This week in history: A Block Islander goes missing in action over Europe
This Week in History, March 16, 1945, Rhode Island newspapers announced that Block Island’s only pilot in the Air Force, Lt. Bertram Ball, was missing in action. Papers published his formal photograph alongside the text, in what was virtually an obituary.
Bert’s mother was Mrs. Nicholas Ball, a widow living on Corn Neck, who quite remarkably had five sons in the service during the war. The other four were Lewis Ball (the youngest, a private 1st Class in the Army), Nicholas (a Lieutenant with the Seabees in the South Pacific), Cassius (Staff Sergeant, gunner and flight engineer on B-17 bombers flying raids over Europe), and William (Navy machinist’s mate 1st Class, whose two children, born after the war, include current Block Islander Martha Ball).
No doubt Mrs. Ball, whose husband had been the longtime postmaster here, tried to steel herself against the statistical realities of having five sons away from home, at war.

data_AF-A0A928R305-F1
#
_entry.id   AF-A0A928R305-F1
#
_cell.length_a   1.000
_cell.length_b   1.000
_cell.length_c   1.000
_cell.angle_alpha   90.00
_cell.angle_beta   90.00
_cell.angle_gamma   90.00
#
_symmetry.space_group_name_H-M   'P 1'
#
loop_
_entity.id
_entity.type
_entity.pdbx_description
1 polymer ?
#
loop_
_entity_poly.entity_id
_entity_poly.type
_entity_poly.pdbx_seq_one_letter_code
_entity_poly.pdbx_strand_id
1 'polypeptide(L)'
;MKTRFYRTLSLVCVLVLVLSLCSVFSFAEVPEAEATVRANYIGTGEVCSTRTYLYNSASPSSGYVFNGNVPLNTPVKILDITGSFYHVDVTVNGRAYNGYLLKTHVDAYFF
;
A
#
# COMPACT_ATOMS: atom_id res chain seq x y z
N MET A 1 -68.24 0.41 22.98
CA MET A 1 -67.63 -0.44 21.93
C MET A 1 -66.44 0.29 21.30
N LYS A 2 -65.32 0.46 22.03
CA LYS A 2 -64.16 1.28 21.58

In the Air Force, it was said Bert could “fly everything they had.”
But everyone, and everything, was susceptible to German airplanes or anti-aircraft guns. On March 1, 1945, his B-24 Liberator was shot down while bombing the oil fields at Ploesti, Romania. Those raids were amongst the most crucial, and dangerous, of the war.
Bert had managed to crash-land his bomber in nearby Hungary, and, with help from the underground resistance, he escaped capture. On March 18, two days after the dreaded news article in Rhode Island announced him to be missing in action, he reported back to duty.
All five sons survived the war — indeed Block Island was lucky, losing only two of the 95 islanders who fought during World War II.
One son, Bill Ball, remained on the island. Eventually the other four sought opportunities across the country, from Massachusetts to California. Bert Ball settled in Michigan, where he passed away in 1980.